The chart above is worth a thousand words, at least, but here's a quick summary. Note 1) the strong correlation between equity prices in the U.S. and in the eurozone over the past two decades; 2) the huge degree (over 50%) by which U.S. equities have outperformed their eurozone counterparts since 2009; and 3) the fact that eurozone equities are still 46% below their 2000 highs, whereas U.S. equities are 10% above their 2000 highs. In short, the eurozone economy has followed pretty closely the direction of the U.S. economy, but in the process has fallen way behind.
This may be changing.
The above chart is the ratio of the S&P 500 index to the Euro Stoxx index. The U.S. equity market clearly led the eurozone by leaps and bounds from 2009 through mid-2012, with much of the "credit" likely going to the PIIGS sovereign debt crisis. But for the past year or so the eurozone appears to be holding its own and even pulling ahead, as reflected in the declining ratio.
The relative improvement in the eurozone economy has been showing up for most of the past year in the manufacturing and service sector purchasing manager surveys, as seen in the above charts. Europe suffered a two-year recession, which has recently come to an end. Even though eurozone growth still lags the U.S. significantly, the eurozone is doing somewhat better on the margin, and better than expected.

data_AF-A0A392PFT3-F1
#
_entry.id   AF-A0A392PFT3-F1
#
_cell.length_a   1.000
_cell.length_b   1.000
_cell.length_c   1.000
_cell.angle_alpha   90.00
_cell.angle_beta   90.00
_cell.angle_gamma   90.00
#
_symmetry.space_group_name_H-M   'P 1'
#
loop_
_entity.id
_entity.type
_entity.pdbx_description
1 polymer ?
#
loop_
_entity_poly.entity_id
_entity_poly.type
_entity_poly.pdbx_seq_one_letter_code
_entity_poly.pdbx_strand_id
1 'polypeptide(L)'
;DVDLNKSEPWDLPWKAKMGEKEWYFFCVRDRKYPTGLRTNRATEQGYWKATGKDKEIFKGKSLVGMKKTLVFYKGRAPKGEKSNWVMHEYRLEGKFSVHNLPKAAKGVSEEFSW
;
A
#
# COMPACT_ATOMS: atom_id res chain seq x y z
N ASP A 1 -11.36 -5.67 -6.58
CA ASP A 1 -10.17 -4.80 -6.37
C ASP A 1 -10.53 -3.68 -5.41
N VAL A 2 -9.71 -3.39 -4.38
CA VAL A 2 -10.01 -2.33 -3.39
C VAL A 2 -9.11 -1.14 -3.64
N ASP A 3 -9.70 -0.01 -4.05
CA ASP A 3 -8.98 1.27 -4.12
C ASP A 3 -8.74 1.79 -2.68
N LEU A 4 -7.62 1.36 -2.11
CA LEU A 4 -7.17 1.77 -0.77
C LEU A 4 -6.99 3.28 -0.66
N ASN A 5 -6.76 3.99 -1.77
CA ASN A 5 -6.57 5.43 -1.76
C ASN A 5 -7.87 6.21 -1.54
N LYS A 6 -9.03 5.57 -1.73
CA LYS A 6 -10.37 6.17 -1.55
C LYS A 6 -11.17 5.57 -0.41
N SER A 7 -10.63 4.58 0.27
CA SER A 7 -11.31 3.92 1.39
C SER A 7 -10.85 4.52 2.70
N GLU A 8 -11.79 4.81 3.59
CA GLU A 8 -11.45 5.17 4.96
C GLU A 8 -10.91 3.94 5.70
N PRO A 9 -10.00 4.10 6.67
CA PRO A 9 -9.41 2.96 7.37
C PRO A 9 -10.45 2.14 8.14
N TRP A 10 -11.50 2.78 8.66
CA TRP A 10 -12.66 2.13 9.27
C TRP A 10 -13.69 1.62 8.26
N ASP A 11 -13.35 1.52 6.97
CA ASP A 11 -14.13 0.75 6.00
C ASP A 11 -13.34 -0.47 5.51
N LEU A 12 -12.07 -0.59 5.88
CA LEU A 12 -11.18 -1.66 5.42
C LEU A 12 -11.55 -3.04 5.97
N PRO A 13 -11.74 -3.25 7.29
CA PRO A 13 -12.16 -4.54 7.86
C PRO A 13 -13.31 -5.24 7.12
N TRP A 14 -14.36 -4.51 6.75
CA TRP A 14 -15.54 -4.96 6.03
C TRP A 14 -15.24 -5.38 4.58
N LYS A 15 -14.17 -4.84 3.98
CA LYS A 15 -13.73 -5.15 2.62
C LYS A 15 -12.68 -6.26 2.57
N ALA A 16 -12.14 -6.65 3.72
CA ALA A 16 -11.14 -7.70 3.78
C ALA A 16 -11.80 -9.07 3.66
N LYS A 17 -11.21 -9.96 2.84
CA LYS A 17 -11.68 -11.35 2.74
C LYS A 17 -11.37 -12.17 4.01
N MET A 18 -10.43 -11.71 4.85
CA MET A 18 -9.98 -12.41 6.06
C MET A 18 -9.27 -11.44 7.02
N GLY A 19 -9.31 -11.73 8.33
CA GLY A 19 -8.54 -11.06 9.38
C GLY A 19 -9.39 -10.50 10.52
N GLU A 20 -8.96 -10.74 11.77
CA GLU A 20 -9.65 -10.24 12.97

Caveat: I'm not predicting that eurozone stocks will continue to outperform U.S. stocks, as they have recently. My main point is simply that it appears that the eurozone is no longer the laggard that it has been for so many years. That's good news for Europe, and it's good news for the U.S. as well, since a stronger Europe bolsters the outlook for global growth, and that is good for almost everyone.